July 2011



Our LLM Fellow in the U.S.-China Partnership at Vermont Law School recently discussed the future of public interest law in China and the launch of the Huanzhu Law Firm, China’s first environmental legal aid law firm. See http://chinaenvironmentalgovernance.com/2011/07/26/200-words-on-the-future-of-public-interest-law-in-china/


"The integration of gays in the military could have a secondary effect on the composition of the armed forces: Vermont Law School announced today in an email statement that it will rekindle its relationship with military recruiters, banned from campus since 1985, in the wake of the Pentagon’s DADT repeal certification. VLS’s change of heart follows recent decisions by such schools as Harvard and Columbia to restore long-banned ROTC programs and on-campus military recruiting. As prestigious liberal arts colleges forge closer ties with military recruiters, the services’ officer corps could see an unusual influx of broadly educated, nonconformist, politically liberal talent."

AP reports the U.S. Justice Department has filed a brief in support of Dee Jones ’12, a blind Vermont Law School student suing for special accommodations that would allow her to take a legal ethics exam.


Vermont Law School is the only law school to prohibit military recruiters on campus due to the discrimination that exists under the Don’t Ask, Don’t Tell policy (DADT). Today, the military announced that it is set "to certify that the U.S. military is prepared to accept openly gay and lesbian service members, and doing so will not harm military readiness." This certification is required for the repeal of DADT to take effect. The repeal will happen in 60 days, and, thus, our Dean announced today that "in response to the certification by Secretary of Defense Leon Panetta of the steps necessary to effect repeal of the Don’t Ask Don’t Tell law I have informed the pentagon that this fall we will welcome military recruiters to campus."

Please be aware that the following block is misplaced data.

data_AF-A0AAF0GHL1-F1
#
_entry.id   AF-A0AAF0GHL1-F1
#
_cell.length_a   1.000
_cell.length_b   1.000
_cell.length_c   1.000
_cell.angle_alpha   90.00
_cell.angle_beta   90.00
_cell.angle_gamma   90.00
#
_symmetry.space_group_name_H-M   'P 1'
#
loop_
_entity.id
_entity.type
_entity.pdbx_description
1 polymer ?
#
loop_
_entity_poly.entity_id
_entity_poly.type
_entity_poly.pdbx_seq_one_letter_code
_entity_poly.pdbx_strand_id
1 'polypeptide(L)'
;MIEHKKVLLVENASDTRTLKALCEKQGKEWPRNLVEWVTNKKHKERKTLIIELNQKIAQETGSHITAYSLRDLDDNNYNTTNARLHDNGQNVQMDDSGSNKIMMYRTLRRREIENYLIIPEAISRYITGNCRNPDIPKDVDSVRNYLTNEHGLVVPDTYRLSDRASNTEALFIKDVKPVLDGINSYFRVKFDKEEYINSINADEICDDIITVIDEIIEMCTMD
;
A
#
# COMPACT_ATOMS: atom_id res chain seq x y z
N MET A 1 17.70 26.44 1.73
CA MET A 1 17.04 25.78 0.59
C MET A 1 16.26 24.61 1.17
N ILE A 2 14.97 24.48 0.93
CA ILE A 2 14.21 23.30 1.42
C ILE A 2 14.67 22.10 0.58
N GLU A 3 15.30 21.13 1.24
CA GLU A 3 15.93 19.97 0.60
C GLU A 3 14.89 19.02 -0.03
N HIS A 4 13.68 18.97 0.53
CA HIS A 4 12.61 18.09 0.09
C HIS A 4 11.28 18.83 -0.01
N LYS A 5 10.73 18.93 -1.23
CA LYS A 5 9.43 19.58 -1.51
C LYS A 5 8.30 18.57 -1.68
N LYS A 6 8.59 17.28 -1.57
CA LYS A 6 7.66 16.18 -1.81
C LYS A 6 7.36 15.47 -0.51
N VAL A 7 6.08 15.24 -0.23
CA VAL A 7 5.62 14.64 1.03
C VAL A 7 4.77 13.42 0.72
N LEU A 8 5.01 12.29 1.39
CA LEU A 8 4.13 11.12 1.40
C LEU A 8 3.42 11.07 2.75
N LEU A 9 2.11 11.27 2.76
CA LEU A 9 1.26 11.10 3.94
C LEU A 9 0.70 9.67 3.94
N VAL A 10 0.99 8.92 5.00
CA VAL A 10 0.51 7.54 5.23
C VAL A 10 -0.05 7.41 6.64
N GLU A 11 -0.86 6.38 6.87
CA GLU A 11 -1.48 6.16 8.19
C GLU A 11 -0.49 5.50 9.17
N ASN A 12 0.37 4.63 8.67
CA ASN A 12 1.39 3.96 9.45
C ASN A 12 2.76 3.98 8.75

Check out today’s Huffington Post commentary by me and Vermont Law School alum Emily Montgomery ’11.

Genetically Engineered Salmon Needn’t Be Mystery Meat for Consumers


This week, bilingual environmental website chinadialogue.net is running a series of articles on green law in China, looking at the key cases and issues to emerge from a decade’s bid to build effective legislation. Alex Wang, former director at the Natural Resources Defense Council’s China Environmental Law & Governance Project in Beijing (now a Visiting Assistant Professor at Berkeley), has opened the series with an overview of the challenges to public supervision.

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